Nothing in his life became him like the leaving of it. Percy Bysshe Shelley, clothed in black, lies on the branches of the funeral pyre; his pale face might be sleeping, his hair is swept back, his hand has fallen to his side. He still has on his leather shoes. Like the “blithe spirit” in “To a Skylark”, he is ready to transcend his physical form. Smoke billows across the barren wastes of Viareggio, Italy, the sky is autumnal and overcast and the sea in which he drowned is a blade of silver on the horizon. To the left we see a watch tower, a waiting carriage, a bare and solitary tree and, in the foreground, three Heathcliffian figures: Lord Byron, his necktie blowing raffishly in the wind, Byron’s “bulldog” Edward John Trelawny, and the poet and journalist Leigh Hunt, clutching a white handkerchief. Behind them the poet’s widow, Mary Shelley, kneels in prayer. The scene might be a mockery of the central tableau in her novel Frankenstein, where the creature the scientist has pieced together is stretched along the bench, waiting to be jolted into life.
Shelley did a great deal to mythologise himself, but the public’s myth of Shelley, which began with his funeral, and Louis Édouard Fournier’s 1889 painting – copies of which, said WB Yeats, hung on the wall of every art class – bears little relation to the reality of the event. When Byron died fighting for Greek independence in 1824, England collapsed into the kind of mourning we would not see again until the death of Diana, Princess of Wales, but Shelley’s death aged 29 in July 1822, like that of Keats in 1821, was not at first regarded as a national tragedy. Before he was sanctified Shelley was dismissed – if he was spoken of at all – as an atheistic, anti-establishment, vegetarian anarchist who believed that a poem was a radical instrument. “Shelley, the writer of some infidel poetry, has been drowned,” reported The Courier when the news reached England. “Now he knows whether there is a God or not.”
Setting sail from Livorno on 8 July, Shelley’s sailing boat got caught in a squall off the Bay of Spezia. When he washed ashore on 18 July his hands and face had been eaten by dogfish; he was identified by the edition of Keats in his pocket. The decomposing body was buried in the sand before being dug up for the cremation, which took place on 16 August. Rather than being a blustery day, the combined heat of the sun and the fire, wrote Trelawny in his Recollections of the Last Days of Shelley and Byron, “was so intense that the atmosphere was tremulous and wavy”.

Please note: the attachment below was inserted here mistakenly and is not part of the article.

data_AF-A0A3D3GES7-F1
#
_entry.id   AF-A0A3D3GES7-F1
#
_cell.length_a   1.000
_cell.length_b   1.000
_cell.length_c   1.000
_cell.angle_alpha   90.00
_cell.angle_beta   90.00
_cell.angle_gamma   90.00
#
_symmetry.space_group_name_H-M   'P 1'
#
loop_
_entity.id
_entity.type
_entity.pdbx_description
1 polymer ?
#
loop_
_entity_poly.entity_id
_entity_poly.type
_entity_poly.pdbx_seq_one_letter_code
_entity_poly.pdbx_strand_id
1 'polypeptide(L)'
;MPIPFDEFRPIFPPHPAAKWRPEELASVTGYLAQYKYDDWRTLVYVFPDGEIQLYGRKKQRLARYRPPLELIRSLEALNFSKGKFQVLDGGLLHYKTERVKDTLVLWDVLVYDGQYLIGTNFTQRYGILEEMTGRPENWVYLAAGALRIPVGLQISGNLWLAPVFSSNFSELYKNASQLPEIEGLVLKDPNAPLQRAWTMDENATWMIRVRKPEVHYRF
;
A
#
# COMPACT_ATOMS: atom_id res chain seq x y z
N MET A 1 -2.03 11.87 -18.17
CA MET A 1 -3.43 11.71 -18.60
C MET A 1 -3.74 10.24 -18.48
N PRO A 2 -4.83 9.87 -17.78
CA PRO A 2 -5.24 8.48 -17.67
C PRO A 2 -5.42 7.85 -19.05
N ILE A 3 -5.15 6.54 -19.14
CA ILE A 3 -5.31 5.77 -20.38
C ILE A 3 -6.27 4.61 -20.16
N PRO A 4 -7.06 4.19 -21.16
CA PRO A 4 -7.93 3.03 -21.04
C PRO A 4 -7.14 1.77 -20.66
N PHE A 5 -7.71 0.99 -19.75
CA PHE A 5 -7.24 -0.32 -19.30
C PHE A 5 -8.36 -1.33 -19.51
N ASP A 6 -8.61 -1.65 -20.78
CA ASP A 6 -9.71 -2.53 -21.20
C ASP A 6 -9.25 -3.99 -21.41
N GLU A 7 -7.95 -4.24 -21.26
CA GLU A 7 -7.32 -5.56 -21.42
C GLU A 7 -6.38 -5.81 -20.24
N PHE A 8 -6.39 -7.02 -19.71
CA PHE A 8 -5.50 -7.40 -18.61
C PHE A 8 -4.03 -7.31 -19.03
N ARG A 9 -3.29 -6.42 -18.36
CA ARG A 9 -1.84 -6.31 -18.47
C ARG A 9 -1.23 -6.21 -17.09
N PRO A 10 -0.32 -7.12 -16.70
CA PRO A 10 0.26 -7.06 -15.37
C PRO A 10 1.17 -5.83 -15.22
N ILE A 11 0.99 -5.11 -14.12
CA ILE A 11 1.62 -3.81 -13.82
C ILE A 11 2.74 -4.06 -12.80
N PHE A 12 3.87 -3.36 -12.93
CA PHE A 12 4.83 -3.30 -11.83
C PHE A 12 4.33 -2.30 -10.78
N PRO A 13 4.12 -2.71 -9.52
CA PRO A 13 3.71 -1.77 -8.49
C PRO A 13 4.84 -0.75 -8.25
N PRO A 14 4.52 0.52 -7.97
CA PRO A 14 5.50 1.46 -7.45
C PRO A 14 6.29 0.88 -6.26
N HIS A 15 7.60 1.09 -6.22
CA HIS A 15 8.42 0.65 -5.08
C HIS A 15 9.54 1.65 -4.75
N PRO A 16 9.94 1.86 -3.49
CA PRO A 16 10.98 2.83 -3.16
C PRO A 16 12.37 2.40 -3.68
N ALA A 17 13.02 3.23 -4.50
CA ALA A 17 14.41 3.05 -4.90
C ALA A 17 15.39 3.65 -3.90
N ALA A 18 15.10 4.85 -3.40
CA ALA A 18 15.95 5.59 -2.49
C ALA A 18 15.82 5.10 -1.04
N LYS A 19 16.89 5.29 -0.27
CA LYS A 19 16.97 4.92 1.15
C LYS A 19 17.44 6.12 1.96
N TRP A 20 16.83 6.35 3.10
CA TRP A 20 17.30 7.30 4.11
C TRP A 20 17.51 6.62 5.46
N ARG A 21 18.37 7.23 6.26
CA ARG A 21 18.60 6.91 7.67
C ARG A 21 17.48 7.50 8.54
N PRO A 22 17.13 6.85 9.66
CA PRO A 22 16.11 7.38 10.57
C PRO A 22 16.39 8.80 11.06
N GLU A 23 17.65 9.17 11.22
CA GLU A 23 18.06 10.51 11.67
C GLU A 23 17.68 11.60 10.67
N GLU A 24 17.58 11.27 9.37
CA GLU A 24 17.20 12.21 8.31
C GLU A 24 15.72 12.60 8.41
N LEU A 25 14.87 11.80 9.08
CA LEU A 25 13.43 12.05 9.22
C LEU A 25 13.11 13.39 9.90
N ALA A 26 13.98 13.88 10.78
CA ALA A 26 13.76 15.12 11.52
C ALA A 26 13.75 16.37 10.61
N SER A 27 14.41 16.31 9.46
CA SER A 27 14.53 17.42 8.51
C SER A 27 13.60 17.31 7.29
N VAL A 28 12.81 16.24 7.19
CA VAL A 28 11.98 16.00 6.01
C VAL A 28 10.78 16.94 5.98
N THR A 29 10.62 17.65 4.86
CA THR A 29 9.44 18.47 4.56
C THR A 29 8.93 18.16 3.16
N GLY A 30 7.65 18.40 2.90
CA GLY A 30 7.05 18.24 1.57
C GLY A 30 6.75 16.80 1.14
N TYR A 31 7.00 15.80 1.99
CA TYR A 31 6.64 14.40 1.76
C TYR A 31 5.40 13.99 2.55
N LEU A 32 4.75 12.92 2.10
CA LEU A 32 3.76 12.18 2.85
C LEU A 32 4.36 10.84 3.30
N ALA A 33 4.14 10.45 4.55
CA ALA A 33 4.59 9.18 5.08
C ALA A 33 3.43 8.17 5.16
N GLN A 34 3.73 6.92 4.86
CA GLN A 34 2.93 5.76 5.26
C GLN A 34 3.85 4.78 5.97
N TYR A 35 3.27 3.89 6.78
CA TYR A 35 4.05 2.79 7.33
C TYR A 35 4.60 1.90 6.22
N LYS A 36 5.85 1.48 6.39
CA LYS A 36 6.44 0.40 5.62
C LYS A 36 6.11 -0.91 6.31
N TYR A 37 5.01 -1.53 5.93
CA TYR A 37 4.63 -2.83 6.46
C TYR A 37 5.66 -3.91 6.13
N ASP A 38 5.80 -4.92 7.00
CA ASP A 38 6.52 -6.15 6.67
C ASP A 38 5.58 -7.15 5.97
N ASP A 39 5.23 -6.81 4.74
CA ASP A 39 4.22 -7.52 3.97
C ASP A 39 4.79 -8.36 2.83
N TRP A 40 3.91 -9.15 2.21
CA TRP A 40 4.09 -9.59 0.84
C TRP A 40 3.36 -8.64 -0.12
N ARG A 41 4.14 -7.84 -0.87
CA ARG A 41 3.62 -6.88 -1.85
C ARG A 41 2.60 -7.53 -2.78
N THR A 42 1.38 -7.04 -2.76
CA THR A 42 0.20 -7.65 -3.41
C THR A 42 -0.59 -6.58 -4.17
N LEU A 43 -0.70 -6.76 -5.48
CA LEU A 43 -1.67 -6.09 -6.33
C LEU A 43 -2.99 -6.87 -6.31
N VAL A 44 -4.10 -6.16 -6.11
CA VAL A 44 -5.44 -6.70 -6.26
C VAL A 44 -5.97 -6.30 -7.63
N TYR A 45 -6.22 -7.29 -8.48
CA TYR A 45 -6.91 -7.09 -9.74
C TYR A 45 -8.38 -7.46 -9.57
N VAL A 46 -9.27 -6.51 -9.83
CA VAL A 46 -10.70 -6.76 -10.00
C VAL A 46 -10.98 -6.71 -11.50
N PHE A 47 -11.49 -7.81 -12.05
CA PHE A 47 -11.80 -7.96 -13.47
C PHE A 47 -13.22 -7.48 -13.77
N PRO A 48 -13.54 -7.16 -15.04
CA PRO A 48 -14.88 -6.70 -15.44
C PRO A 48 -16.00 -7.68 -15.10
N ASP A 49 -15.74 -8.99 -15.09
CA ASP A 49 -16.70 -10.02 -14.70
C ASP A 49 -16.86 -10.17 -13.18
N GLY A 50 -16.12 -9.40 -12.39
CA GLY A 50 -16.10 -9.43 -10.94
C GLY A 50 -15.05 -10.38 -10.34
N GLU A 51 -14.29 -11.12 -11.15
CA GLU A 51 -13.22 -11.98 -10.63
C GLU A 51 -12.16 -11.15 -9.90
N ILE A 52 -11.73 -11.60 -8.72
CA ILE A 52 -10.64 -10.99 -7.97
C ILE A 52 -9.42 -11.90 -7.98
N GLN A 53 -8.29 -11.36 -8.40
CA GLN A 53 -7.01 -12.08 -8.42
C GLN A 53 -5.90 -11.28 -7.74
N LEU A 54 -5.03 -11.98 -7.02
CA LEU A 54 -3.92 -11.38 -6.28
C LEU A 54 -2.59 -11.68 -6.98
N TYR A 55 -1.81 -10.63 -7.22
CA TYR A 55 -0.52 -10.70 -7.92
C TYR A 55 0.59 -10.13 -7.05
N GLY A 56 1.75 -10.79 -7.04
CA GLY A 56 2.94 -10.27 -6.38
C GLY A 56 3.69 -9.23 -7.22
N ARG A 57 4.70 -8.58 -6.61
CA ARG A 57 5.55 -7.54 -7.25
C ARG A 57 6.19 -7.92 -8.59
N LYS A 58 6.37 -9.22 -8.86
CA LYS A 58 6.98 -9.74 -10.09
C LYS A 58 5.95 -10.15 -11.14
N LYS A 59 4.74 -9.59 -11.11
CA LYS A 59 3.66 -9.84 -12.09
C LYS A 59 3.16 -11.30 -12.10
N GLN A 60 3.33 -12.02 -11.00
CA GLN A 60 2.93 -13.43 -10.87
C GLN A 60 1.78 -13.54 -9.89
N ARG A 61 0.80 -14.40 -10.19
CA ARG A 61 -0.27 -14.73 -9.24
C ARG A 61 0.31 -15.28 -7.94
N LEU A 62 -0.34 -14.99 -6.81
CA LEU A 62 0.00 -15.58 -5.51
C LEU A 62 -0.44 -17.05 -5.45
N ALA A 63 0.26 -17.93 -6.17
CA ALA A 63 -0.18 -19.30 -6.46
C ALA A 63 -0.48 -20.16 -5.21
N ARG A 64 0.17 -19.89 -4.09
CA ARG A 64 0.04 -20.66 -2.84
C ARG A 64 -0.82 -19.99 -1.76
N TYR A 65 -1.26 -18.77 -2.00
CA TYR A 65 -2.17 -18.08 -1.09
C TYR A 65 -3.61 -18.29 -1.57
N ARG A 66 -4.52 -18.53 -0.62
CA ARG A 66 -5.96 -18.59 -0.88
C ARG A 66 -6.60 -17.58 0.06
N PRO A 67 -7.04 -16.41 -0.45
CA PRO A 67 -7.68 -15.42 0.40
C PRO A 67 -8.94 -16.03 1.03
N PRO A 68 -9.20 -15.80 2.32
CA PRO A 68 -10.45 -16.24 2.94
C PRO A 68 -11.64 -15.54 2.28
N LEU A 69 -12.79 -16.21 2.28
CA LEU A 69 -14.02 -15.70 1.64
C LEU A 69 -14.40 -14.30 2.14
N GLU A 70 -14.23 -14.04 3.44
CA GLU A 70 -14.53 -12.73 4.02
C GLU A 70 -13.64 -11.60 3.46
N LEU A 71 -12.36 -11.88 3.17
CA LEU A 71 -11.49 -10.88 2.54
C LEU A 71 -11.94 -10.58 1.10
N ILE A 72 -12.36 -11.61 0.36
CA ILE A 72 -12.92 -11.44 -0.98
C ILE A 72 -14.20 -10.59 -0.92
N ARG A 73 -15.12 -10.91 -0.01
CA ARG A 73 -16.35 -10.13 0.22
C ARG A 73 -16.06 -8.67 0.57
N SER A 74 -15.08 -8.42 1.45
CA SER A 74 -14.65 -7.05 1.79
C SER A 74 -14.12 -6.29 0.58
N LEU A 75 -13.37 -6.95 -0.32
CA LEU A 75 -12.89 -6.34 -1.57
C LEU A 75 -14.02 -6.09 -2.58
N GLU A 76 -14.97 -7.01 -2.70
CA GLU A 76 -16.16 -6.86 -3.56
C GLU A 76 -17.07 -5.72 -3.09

[See also: The purpose of sex]
Trelawny, who was prone to exaggerate, described how the corpse, doused in more wine than Shelley had consumed in his lifetime, “fell open and the heart was laid bare. The frontal bone of the skull… fell off; and as the back of the head rested on the red-hot bottom bars of the furnace, the brains literally seethed, bubbled and boiled as if in a cauldron, for a very long time.” “Is this a human body?” Byron apparently declaimed. “Why, it’s more like the carcass of a sheep.” Women were excluded from funerals and so Mary Shelley stayed at home while Hunt, the last person to see his friend alive, was too distraught to leave the carriage. So it was only Byron and Trelawny who watched Shelley burn. When it was over, Byron went for a swim and Trelawny grabbed the heart from the flames and passed it on to Hunt, who reluctantly gave it to Mary. She kept it on her writing desk for the rest of her life.
It suits Shelley’s self-image to see him as a lonely sailor in a storm, but he was not alone when his boat went down; he was accompanied by his friend Edward Williams, whose own body was cremated the day before. The two men had been to visit Hunt who had just arrived in Italy with the aim of starting a journal called The Liberal. Williams and his common-law wife Jane had been living with the Shelleys in a former boathouse called Casa Magni in Lerici, where the sea came up to the front door.
The previous month Mary, having already buried three of her four children, nearly bled to death during a miscarriage. “No words can tell you how I hated our house & the country about it,” she recalled of that time. Casa Magni had become a personality to be feared and Shelley, addicted to laudanum and infatuated with Jane Williams, had started to hallucinate. In one vision he saw a naked child rising from the water, his hands clasped in joy. “There it is again!” he told Edward Williams, pointing to the sea. “There!” In another vision he saw Jane and Edward covered in blood, and in another a man with his own face was strangling Mary. He would be happiest, Shelley told a friend, if the past and future could be obliterated and he, Jane and her guitar could simply float away in a boat.
During Shelley’s lifetime, it was Byron – flash, cynical, and satirical – who was in the ascendance. The Corsair – dashed off, Byron bragged, between dinners – sold 10,000 copies on the day it was published, while Shelley’s print-runs never exceeded 250. The transformation from infidel poet to “ineffectual angel” (the term is Matthew Arnold’s) began with the publication of Leigh Hunt’s Lord Byron and Some of his Contemporaries (1828) and Trelawny’s Recollections of the Last Days of Shelley and Byron (1858). Hunt, the first critic to recognise the genius of Shelley and Keats, reminded the reader that not only was Shelley “a baronet’s son” with the taste and manners of his rank, he was also too fine for this world.
By the 1860s Walter Bagehot would describe Byron’s verse as “a metrical species of the sensation novel” and Shelley’s “as a serious and deep thing”. If Byron was a melancholy dandy, Shelley was an instrument of spontaneity. “Make me thy lyre, even as the forest is,” Shelley wrote in “Ode to the West Wind”. A self-playing instrument, the lyre (whence “lyric”) is the quintessential metaphor for Romantic inspiration, and “for the poet to yield himself to and be borrowed by the wind”, as Merle Rubin puts it, “is almost the Shelleyan stance”. So when Will Ladislaw (the idealist modelled on Shelley) explained in George Eliot’s Middlemarch (1871) that a poet was a recipient of external and internal impressions, he was singing from Shelley’s songbook: